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Blog of the International Journal of Constitutional Law and ConstitutionMaking.org
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Ambiguities in Iraq’s Constitution

Last week I participated in a fascinating conference hosted by the National Constitution Center and University of Pennsylvania Law School that waded neck deep into Iraqi constitutionalism, and federalism in particular. I argued that among the problems with the federal framework established by the Iraq Constitution is that it is both ambiguous and internally inconsistent

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Published on September 30, 2010
Author:          Filed under: hp, iraq, Jason Gluck
 
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Turkey’s New Majoritarian Difficulty

On September 12, 1980, the Turkish Armed Forces took control of the Turkish government in a bloody coup d’état. Exactly thirty years from that date, on September 12, 2010, Turkish voters approved by 58% of the vote a package of twenty-six amendments to the 1982 Constitution, which was ratified following the coup. The amendments implement

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Published on September 30, 2010
Author:          Filed under: hp, judicial appointments, Ozan Varol, Turkey
 
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Government Formation and Iraq’s Constitution

If reports of a breakthrough in formation of a new Iraqi government are to believed (a questionable proposition), it is worth noting two ways Iraq’s Constitution has been implicated in the unmitigated disaster that has been the failure to form a government almost seven months after Iraq’s parliamentary elections. First, there is the way the

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Published on September 29, 2010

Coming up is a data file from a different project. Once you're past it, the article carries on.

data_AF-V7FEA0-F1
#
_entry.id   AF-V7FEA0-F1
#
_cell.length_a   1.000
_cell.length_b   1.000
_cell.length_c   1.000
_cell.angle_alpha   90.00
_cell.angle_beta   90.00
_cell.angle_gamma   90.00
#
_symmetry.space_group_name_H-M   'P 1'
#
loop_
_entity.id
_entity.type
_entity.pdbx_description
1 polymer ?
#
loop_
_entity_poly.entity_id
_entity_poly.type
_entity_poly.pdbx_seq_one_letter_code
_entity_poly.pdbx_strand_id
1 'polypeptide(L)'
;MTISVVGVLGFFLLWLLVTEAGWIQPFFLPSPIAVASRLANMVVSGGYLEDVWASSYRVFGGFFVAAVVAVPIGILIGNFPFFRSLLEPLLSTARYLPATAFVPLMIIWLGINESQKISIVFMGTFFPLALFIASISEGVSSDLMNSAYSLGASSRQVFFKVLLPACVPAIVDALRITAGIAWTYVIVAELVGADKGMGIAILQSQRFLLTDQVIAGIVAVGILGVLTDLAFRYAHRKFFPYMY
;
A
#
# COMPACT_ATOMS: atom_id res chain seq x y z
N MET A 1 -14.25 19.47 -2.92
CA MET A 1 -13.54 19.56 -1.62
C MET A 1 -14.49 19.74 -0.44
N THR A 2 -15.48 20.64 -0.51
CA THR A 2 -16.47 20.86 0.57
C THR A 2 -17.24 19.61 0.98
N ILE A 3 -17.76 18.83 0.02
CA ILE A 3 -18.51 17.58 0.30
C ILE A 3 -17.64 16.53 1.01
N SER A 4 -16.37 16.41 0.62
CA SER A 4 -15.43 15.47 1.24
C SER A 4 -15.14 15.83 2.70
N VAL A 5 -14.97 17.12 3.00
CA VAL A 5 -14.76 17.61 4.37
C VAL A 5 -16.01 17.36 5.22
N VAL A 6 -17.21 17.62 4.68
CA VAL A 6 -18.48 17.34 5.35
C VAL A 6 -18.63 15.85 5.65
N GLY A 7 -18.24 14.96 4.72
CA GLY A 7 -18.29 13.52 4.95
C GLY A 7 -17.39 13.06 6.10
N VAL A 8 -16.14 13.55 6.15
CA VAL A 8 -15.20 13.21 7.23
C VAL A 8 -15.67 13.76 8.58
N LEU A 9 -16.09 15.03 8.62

Author:          Filed under: election, hp, iraq, Jason Gluck
 
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Kenyan Constitution and Chicago Troika

Here is a great nugget from a recent edition of news at the University of Chicago. It includes some insights into what valuable work is being carried out by other members of this blog. It starts with some biographical material on Tom: “Ginsburg first developed an interest in constitutions through his work at the Asia

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Published on September 23, 2010
Author:          Filed under: hp, Mark Kende
 
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New USIP volume on constitution-making

Those interested in constitutional design should take a look at the new volume from the US Institue of Peace, Framing the State in Times of Transition: Case Studies in Constitution Making. The volume features 19 case studies of constitution-making, including well-known cases like Afghanistan and Iraq, and more obscure cases ranging from Albania to Zimbabwe.

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Published on September 20, 2010